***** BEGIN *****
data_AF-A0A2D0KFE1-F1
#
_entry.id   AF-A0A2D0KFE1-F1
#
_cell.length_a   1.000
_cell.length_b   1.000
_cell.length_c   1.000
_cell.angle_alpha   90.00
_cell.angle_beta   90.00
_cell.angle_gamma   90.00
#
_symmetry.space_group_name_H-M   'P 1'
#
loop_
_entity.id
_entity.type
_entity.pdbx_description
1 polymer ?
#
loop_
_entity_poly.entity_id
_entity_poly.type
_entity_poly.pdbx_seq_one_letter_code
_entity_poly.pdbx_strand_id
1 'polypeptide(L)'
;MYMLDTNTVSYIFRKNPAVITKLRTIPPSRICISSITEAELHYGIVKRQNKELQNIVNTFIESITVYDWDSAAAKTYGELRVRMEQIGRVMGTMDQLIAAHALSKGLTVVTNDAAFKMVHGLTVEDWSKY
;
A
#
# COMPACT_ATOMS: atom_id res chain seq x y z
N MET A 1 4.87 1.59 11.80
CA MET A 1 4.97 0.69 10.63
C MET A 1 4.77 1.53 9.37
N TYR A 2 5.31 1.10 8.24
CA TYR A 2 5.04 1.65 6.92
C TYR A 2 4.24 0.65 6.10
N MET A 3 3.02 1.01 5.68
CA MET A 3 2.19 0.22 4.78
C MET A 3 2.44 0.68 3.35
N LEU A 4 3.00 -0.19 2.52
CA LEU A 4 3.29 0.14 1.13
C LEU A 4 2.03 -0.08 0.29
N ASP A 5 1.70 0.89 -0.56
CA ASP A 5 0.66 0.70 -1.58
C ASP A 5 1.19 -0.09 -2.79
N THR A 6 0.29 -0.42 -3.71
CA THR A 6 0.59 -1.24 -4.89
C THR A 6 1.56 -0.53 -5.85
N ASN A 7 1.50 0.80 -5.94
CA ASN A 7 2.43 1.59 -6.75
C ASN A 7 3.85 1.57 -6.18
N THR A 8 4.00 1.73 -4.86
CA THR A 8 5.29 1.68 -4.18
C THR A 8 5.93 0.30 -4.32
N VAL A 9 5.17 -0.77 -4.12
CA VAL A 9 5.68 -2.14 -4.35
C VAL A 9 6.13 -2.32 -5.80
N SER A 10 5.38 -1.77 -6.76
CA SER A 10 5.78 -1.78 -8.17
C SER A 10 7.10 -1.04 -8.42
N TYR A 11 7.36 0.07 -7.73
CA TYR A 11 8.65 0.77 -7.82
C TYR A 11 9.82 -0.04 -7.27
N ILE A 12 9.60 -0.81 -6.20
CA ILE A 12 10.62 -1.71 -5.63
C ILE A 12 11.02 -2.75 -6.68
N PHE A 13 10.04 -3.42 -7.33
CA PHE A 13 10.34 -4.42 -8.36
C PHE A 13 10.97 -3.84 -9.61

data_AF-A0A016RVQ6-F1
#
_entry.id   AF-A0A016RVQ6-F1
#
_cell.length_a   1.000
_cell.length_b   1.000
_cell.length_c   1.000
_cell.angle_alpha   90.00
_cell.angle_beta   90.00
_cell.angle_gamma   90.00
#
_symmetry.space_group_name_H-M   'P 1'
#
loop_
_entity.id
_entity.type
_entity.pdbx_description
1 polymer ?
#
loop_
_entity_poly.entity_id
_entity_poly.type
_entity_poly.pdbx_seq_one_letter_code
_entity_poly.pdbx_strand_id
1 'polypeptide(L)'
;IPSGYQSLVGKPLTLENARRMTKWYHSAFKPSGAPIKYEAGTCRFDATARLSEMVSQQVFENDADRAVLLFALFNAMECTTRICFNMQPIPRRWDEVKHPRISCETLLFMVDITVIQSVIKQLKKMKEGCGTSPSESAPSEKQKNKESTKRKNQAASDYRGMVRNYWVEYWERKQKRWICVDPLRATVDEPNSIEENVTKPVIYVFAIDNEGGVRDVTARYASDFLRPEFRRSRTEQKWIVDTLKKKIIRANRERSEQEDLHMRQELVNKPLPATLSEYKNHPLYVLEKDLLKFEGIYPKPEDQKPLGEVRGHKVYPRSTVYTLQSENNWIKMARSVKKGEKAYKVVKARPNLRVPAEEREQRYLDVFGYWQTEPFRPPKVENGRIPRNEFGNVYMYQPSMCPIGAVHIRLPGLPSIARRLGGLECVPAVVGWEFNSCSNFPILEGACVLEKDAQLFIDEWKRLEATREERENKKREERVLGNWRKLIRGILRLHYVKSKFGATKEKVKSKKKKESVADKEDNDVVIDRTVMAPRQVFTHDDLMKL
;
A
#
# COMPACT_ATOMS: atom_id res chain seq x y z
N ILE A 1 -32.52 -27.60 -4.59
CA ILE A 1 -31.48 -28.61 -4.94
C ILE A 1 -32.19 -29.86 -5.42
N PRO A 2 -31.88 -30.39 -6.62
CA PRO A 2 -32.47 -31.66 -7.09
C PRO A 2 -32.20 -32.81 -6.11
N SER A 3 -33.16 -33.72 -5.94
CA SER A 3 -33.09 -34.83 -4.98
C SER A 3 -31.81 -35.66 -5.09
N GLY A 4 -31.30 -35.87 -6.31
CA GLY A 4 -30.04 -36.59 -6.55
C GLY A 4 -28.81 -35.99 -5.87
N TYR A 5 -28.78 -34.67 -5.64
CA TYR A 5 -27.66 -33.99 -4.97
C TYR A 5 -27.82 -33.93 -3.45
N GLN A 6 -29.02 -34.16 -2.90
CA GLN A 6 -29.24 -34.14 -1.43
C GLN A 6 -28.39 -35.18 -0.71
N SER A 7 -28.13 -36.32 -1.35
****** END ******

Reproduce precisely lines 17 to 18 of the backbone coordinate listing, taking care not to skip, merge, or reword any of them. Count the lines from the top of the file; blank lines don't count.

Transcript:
_entity.pdbx_description
1 polymer ?